Time blocking is a popular time management method that involves dividing your workday into scheduled blocks of time for different tasks. While time blocking can be effective, it doesn't always reflect the dynamic nature of our daily lives.
Sometimes we need more flexibility in our schedules to accommodate unexpected tasks, interruptions, or changes in our priorities.
That's where ad hoc timers come in. Ad hoc timers are a more flexible approach to time management that allows you to set specific time limits for each task or activity as needed. With ad hoc timers, you can work more dynamically and adapt to changes in your schedule without feeling overwhelmed.
But let's start first with understanding the problem with regular time blocking.
The Motivation of Time Blocking
The reason to time block your day is typical:
- You don't want to waste time in the day considering what to do next. The desire is to have a pre-build plan that just needs to be worked through.
- You have multiple priorities that have to find their place in the day. To ensure that nothing gets forgotten in the dynamics of the day, you divide it like a cake into fairly divided pieces of your attention that you want to spend on your different priorities.
The idea is to batch-process the planning process of your day, get clarity about upcoming tasks and get the most out of the day without forgetting anything. You can do time blocking in various granularities.
- Hourly basis: As you see in the example of Benjamin Franklin above, his day was only roughly planned by the hours. (Note: When I look at the plan, the time management seems to have been more self-determined and relaxed back then compared to today's typical busy schedules)
- Half-hour basis: The daily routine of many corporate workers is to have meetings every half hour. It's the default length in many calendar apps, and most managers have back-to-back 30-minute conferences from 9-5.
- Minute basis: An extreme example is Elon Musk, who is said to plan his day in 5-minute slices.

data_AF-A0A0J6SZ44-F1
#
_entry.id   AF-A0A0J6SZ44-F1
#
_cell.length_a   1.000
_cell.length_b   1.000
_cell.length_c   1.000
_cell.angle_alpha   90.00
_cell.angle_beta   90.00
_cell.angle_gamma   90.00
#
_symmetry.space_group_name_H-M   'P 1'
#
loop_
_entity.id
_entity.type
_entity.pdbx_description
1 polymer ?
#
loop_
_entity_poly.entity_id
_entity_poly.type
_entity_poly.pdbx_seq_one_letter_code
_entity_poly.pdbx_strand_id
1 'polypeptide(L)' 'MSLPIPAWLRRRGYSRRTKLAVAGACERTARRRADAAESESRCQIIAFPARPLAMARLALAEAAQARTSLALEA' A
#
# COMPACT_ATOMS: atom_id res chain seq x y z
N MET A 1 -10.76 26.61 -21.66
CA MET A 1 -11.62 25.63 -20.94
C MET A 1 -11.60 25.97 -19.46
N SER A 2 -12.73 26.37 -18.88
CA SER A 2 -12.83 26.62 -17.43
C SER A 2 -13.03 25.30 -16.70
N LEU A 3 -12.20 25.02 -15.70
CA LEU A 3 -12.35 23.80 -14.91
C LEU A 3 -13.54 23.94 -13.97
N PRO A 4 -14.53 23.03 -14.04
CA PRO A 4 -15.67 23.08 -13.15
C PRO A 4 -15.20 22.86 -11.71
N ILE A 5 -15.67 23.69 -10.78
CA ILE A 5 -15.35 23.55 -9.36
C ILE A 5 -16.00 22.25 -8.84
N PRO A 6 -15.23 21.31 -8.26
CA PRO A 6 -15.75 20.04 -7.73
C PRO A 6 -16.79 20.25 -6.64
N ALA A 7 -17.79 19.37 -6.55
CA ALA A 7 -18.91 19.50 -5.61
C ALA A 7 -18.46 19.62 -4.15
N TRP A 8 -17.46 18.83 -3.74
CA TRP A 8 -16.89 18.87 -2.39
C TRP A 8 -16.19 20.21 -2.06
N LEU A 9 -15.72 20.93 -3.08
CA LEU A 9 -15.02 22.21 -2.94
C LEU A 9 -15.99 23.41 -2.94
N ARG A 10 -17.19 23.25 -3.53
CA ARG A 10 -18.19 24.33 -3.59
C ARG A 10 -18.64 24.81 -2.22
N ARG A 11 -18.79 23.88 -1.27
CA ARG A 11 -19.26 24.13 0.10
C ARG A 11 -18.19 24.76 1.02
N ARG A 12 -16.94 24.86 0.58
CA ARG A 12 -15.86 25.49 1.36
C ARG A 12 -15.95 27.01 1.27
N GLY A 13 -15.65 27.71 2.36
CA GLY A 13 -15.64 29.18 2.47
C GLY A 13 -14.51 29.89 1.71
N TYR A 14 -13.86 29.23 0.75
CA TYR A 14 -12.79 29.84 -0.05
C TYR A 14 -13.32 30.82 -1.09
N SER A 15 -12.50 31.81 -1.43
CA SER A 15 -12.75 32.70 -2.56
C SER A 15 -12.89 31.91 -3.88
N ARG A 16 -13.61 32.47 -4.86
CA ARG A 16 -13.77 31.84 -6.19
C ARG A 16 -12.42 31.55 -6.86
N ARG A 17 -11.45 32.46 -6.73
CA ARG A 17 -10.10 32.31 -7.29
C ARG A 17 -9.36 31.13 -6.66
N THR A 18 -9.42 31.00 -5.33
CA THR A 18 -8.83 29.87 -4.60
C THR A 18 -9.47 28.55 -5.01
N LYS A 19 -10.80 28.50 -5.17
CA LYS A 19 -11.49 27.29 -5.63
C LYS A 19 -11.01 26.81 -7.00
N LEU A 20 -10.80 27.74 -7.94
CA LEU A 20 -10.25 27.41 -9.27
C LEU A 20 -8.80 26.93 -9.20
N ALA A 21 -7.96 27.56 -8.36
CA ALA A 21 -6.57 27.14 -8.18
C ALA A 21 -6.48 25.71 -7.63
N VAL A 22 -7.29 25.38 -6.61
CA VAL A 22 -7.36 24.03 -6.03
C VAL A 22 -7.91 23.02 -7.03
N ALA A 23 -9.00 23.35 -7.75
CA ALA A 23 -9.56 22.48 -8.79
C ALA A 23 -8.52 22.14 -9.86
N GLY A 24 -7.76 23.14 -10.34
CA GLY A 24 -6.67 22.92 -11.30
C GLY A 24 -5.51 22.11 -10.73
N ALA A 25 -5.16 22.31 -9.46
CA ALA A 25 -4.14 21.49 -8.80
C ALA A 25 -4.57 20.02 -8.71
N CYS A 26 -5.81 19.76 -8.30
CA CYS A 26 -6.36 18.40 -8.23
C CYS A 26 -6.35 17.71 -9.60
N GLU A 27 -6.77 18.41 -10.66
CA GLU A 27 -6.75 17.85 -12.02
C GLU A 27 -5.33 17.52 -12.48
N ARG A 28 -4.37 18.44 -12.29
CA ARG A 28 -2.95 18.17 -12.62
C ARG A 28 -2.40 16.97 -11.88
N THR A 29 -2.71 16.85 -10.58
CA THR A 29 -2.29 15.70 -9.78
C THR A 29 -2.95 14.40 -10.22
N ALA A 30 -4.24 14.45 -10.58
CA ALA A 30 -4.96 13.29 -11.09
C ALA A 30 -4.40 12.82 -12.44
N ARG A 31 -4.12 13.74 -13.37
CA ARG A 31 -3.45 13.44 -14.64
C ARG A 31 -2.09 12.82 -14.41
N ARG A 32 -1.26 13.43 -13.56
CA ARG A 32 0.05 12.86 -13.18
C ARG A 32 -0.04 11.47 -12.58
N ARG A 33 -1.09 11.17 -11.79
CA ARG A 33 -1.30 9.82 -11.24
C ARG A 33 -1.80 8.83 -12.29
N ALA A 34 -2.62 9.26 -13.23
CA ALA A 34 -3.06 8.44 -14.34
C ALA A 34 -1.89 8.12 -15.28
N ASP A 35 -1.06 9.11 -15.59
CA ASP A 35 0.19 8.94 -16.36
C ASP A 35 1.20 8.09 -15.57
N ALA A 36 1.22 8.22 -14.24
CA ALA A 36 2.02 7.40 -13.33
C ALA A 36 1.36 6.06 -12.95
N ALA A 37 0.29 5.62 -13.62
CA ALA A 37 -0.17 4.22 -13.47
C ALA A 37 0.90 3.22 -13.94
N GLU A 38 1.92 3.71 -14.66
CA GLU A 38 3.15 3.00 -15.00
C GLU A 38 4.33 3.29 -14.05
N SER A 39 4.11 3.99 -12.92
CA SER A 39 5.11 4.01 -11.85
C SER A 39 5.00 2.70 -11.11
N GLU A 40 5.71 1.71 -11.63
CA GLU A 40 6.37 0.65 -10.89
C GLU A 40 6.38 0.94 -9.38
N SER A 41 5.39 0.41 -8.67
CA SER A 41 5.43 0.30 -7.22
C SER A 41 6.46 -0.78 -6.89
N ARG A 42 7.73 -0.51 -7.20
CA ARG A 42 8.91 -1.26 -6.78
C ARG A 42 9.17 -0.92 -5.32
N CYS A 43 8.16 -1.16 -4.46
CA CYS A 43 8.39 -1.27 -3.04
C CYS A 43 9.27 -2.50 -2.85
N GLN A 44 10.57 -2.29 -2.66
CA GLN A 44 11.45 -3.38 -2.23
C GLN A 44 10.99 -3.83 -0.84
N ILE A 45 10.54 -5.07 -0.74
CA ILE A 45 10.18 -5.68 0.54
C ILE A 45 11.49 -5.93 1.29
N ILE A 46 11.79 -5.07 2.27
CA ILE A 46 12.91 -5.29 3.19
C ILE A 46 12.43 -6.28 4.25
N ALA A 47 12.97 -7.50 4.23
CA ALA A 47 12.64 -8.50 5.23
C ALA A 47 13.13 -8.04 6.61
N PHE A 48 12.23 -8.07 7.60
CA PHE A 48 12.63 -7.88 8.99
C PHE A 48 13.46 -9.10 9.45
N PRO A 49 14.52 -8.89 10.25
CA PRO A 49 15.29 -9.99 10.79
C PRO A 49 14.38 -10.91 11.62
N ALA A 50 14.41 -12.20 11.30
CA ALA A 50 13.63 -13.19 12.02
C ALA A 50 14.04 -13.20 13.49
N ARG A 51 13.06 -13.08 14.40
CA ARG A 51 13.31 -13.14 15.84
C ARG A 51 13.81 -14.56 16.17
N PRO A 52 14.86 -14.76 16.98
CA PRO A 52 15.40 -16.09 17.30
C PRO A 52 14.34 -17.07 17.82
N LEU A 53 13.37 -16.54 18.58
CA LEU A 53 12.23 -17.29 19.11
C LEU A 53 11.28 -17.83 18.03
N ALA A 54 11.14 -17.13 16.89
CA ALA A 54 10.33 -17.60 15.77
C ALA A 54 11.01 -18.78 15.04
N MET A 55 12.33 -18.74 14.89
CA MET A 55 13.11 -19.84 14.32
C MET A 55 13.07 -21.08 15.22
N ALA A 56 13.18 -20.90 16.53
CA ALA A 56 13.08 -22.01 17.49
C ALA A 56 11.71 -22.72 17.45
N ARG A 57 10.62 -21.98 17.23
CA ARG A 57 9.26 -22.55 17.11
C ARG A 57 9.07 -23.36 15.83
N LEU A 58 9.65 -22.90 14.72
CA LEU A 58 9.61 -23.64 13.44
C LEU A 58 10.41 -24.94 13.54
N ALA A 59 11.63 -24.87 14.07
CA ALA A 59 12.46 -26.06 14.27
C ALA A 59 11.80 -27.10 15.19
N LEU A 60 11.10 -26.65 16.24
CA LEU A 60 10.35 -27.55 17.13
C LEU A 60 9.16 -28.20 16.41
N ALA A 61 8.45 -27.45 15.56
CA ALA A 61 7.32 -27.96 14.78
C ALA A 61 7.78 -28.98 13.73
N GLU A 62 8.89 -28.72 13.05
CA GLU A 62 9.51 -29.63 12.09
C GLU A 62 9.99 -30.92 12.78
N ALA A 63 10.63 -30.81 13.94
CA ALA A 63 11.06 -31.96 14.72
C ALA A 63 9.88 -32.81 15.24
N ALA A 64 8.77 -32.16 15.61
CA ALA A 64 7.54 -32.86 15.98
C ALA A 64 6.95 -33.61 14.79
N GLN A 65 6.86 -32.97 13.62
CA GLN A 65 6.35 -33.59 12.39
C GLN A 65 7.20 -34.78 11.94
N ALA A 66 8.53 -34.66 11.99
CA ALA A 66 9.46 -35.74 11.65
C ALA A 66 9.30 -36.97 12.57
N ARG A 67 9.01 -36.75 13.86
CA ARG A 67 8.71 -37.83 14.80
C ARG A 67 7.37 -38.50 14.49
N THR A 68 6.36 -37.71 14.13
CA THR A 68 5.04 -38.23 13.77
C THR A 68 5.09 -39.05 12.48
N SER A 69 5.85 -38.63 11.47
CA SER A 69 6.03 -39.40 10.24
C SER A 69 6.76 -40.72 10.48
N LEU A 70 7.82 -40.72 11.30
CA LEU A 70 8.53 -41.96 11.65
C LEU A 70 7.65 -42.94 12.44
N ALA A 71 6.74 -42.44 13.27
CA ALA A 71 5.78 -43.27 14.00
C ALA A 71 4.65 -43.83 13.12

It's a good idea to plan your activities ahead of time. This setup is ideal if you work alone and don't have many daily commitments.
The planning process can add significant value, even if the plan is not executed precisely as written. Starting a week with a long to-do list can be overwhelming and cause anxiety about whether everything will be completed on time. However, time blocking can help alleviate these concerns.
This allows for greater clarity and enables you to make informed decisions about your priorities, ultimately increasing productivity and reducing stress.
The Problem with Time Blocking
Time blocking is a typical instance of how human nature and logical reasoning conflict. According to logical reasoning, we have control over our time, and planning means making decisions.
In reality, however, two facts make any plan obsolete from the outset:
- As emotional beings, there may be times when we lack the motivation or energy to complete a particular task, even when it is scheduled. If we adhere too strictly to our plan, we can disrupt the natural intuitive flow of working through the job.
- The world is highly dynamic, with many factors and variables that cannot always be foreseen in advance. While some external influences can be considered distractions and actively avoided, others are legitimate and urgent concerns that require immediate attention. It's important to distinguish between the two and prioritize accordingly, as ignoring legitimate concerns can lead to more significant problems down the line.
Ultimately, adaptability and flexibility are crucial in navigating the constantly changing landscape of our lives.
Once a time-blocking plan is set up, it is often rendered obsolete from the very start. When this occurs, you are faced with three choices:
- You cling rigidly and relentlessly to the plan, overruling your feelings and external influences. This will get the job done, but it will rob you of the flexibility to work on the essential tasks at any given time in the long term.
- You accept the change needed but want a plan that is valid at all times. This means that the plan is updated with every change. The result? You spend the whole day adjusting your plan instead doing the actual work.
- You let go of the plan and let yourself be driven by your flow and the dynamics of the day. By doing this, you forfeit the deliberate steering of your efforts and could have avoided the time commitment of creating a plan.
I typically fall into trap 3, but at least I still have the advantage of knowing at the beginning of the week that I have all the tasks under control and have put them into a plan.
Due to the above reasons, time blocking is often not feasible in many jobs. For example, if you work in service management and need to respond to tickets at any time, time blocking may not be suitable. Similarly, in dynamic projects where you must respond to the latest developments, time blocking can make you unhappy as your plans are constantly disrupted.